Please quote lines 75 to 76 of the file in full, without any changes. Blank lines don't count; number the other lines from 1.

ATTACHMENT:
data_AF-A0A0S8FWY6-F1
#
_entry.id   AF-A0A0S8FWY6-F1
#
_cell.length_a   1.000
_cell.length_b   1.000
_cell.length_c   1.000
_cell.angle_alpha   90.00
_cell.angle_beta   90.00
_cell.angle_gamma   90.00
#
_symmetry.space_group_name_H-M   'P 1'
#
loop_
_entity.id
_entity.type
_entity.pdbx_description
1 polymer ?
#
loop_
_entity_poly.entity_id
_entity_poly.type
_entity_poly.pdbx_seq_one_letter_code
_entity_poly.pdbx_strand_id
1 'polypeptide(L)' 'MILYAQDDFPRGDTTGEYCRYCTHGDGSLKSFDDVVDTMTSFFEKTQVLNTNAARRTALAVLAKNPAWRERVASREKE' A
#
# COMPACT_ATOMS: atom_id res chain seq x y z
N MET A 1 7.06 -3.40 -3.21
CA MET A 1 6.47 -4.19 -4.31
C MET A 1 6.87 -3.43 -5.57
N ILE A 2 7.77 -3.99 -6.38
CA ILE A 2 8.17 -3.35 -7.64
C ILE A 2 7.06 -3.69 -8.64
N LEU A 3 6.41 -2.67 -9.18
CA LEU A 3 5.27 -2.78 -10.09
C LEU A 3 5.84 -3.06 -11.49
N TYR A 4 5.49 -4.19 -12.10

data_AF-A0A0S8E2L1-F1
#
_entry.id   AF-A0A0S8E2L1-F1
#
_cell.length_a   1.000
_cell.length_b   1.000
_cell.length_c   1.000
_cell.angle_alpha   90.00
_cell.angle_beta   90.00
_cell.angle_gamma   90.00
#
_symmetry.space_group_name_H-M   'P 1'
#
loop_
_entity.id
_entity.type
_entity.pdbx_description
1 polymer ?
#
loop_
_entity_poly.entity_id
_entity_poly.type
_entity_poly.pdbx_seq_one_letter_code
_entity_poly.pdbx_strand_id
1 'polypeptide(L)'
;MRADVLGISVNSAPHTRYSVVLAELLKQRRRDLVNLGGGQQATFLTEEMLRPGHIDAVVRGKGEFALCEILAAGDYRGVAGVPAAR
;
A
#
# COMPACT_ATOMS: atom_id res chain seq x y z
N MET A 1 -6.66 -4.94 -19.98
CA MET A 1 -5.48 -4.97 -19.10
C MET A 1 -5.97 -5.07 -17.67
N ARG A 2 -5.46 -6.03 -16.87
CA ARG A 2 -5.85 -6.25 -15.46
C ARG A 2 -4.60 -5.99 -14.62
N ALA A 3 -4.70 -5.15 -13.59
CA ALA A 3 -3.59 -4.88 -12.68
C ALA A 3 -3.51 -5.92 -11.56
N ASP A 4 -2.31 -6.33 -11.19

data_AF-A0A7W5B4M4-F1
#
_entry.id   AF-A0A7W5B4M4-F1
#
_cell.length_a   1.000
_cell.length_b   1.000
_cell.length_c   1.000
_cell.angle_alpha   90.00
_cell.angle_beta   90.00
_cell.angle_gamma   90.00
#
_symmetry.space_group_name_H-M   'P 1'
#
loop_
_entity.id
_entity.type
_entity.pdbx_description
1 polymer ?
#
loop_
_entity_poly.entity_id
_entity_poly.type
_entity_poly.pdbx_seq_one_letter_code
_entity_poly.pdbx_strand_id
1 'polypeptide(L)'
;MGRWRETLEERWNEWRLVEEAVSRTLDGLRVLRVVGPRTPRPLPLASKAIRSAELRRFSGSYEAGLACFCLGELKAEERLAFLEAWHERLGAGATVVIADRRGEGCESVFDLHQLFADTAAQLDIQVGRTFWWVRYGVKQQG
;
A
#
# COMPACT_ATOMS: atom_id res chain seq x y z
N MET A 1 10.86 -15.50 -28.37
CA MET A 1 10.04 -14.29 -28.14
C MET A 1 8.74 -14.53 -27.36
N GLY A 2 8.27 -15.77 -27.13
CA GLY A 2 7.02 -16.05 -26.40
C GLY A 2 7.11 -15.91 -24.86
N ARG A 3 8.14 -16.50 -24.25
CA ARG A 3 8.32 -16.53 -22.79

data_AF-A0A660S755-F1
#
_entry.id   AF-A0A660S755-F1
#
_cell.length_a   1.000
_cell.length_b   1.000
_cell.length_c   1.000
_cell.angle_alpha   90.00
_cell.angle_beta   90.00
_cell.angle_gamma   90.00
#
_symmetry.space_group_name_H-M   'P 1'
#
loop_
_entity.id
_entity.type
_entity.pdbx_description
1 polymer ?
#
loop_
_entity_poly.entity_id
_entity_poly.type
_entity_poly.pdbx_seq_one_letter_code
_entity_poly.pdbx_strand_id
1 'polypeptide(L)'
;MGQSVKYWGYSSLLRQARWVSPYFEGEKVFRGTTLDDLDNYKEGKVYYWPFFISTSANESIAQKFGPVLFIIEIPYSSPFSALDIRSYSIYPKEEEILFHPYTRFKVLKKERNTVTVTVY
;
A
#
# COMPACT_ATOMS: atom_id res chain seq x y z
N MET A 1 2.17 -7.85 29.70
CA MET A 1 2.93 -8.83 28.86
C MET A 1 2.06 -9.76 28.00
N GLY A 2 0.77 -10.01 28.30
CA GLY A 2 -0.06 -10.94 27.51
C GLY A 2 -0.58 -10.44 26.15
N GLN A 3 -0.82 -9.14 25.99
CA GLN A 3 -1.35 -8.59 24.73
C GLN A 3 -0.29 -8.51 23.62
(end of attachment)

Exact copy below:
CA ALA A 3 -3.59 -4.88 -12.68
C ALA A 3 -3.51 -5.92 -11.56